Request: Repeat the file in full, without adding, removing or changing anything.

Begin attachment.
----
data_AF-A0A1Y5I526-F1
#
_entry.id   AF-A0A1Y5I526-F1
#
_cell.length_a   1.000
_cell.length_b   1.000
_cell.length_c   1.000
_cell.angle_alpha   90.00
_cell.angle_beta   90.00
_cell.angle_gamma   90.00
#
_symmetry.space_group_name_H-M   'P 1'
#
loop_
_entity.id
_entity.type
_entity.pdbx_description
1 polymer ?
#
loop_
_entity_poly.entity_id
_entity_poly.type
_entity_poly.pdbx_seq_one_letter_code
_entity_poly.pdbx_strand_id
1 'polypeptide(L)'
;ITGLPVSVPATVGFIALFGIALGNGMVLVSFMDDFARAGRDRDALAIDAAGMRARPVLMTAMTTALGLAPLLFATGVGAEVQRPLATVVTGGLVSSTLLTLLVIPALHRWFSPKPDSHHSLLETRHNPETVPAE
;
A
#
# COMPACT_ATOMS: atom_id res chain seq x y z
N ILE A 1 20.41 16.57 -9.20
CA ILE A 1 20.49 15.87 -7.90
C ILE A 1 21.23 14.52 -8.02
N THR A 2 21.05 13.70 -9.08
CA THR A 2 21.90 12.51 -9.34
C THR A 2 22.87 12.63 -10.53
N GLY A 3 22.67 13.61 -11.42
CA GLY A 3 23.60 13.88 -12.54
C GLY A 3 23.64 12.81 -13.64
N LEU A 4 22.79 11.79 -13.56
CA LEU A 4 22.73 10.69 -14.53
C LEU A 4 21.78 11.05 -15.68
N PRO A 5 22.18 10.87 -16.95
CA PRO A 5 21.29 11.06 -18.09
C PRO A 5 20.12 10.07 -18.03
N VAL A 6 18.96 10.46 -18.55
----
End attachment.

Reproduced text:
data_AF-A0A1Y5I526-F1
#
_entry.id   AF-A0A1Y5I526-F1
#
_cell.length_a   1.000
_cell.length_b   1.000
_cell.length_c   1.000
_cell.angle_alpha   90.00
_cell.angle_beta   90.00
_cell.angle_gamma   90.00
#
_symmetry.space_group_name_H-M   'P 1'
#
loop_
_entity.id
_entity.type
_entity.pdbx_description
1 polymer ?
#
loop_
_entity_poly.entity_id
_entity_poly.type
_entity_poly.pdbx_seq_one_letter_code
_entity_poly.pdbx_strand_id
1 'polypeptide(L)'
;ITGLPVSVPATVGFIALFGIALGNGMVLVSFMDDFARAGRDRDALAIDAAGMRARPVLMTAMTTALGLAPLLFATGVGAEVQRPLATVVTGGLVSSTLLTLLVIPALHRWFSPKPDSHHSLLETRHNPETVPAE
;
A
#
# COMPACT_ATOMS: atom_id res chain seq x y z
N ILE A 1 20.41 16.57 -9.20
CA ILE A 1 20.49 15.87 -7.90
C ILE A 1 21.23 14.52 -8.02
N THR A 2 21.05 13.70 -9.08
CA THR A 2 21.90 12.51 -9.34
C THR A 2 22.87 12.63 -10.53
N GLY A 3 22.67 13.61 -11.42
CA GLY A 3 23.60 13.88 -12.54
C GLY A 3 23.64 12.81 -13.64
N LEU A 4 22.79 11.79 -13.56
CA LEU A 4 22.73 10.69 -14.53
C LEU A 4 21.78 11.05 -15.68
N PRO A 5 22.18 10.87 -16.95
CA PRO A 5 21.29 11.06 -18.09
C PRO A 5 20.12 10.07 -18.03
N VAL A 6 18.96 10.46 -18.55